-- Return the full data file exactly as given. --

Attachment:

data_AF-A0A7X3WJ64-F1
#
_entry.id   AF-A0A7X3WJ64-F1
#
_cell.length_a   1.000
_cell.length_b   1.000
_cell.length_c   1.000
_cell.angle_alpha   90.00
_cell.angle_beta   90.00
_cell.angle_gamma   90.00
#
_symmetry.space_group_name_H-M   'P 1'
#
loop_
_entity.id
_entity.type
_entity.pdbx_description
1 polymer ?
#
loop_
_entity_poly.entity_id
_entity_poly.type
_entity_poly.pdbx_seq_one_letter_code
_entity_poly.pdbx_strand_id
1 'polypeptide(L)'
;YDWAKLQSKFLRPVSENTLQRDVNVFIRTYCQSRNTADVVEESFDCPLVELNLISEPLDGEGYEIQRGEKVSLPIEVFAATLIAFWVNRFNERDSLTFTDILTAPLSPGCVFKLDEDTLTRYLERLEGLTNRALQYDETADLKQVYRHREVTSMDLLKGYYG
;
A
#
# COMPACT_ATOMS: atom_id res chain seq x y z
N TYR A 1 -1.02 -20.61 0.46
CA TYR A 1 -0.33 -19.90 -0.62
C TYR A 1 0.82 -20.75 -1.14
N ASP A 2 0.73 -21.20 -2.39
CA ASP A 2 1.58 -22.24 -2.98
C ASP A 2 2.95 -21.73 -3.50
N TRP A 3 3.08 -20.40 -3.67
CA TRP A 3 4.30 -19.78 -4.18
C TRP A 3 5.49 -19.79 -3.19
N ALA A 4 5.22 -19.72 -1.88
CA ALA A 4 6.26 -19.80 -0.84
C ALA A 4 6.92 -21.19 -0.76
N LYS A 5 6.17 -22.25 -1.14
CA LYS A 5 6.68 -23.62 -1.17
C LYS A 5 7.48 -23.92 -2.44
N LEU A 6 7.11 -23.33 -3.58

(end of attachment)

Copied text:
data_AF-A0A7X3WJ64-F1
#
_entry.id   AF-A0A7X3WJ64-F1
#
_cell.length_a   1.000
_cell.length_b   1.000
_cell.length_c   1.000
_cell.angle_alpha   90.00
_cell.angle_beta   90.00
_cell.angle_gamma   90.00
#
_symmetry.space_group_name_H-M   'P 1'
#
loop_
_entity.id
_entity.type
_entity.pdbx_description
1 polymer ?
#
loop_
_entity_poly.entity_id
_entity_poly.type
_entity_poly.pdbx_seq_one_letter_code
_entity_poly.pdbx_strand_id
1 'polypeptide(L)'
;YDWAKLQSKFLRPVSENTLQRDVNVFIRTYCQSRNTADVVEESFDCPLVELNLISEPLDGEGYEIQRGEKVSLPIEVFAATLIAFWVNRFNERDSLTFTDILTAPLSPGCVFKLDEDTLTRYLERLEGLTNRALQYDETADLKQVYRHREVTSMDLLKGYYG
;
A
#
# COMPACT_ATOMS: atom_id res chain seq x y z
N TYR A 1 -1.02 -20.61 0.46
CA TYR A 1 -0.33 -19.90 -0.62
C TYR A 1 0.82 -20.75 -1.14
N ASP A 2 0.73 -21.20 -2.39
CA ASP A 2 1.58 -22.24 -2.98
C ASP A 2 2.95 -21.73 -3.50
N TRP A 3 3.08 -20.40 -3.67
CA TRP A 3 4.30 -19.78 -4.18
C TRP A 3 5.49 -19.79 -3.19
N ALA A 4 5.22 -19.72 -1.88
CA ALA A 4 6.26 -19.80 -0.84
C ALA A 4 6.92 -21.19 -0.76
N LYS A 5 6.17 -22.25 -1.14
CA LYS A 5 6.68 -23.62 -1.17
C LYS A 5 7.48 -23.92 -2.44
N LEU A 6 7.11 -23.33 -3.58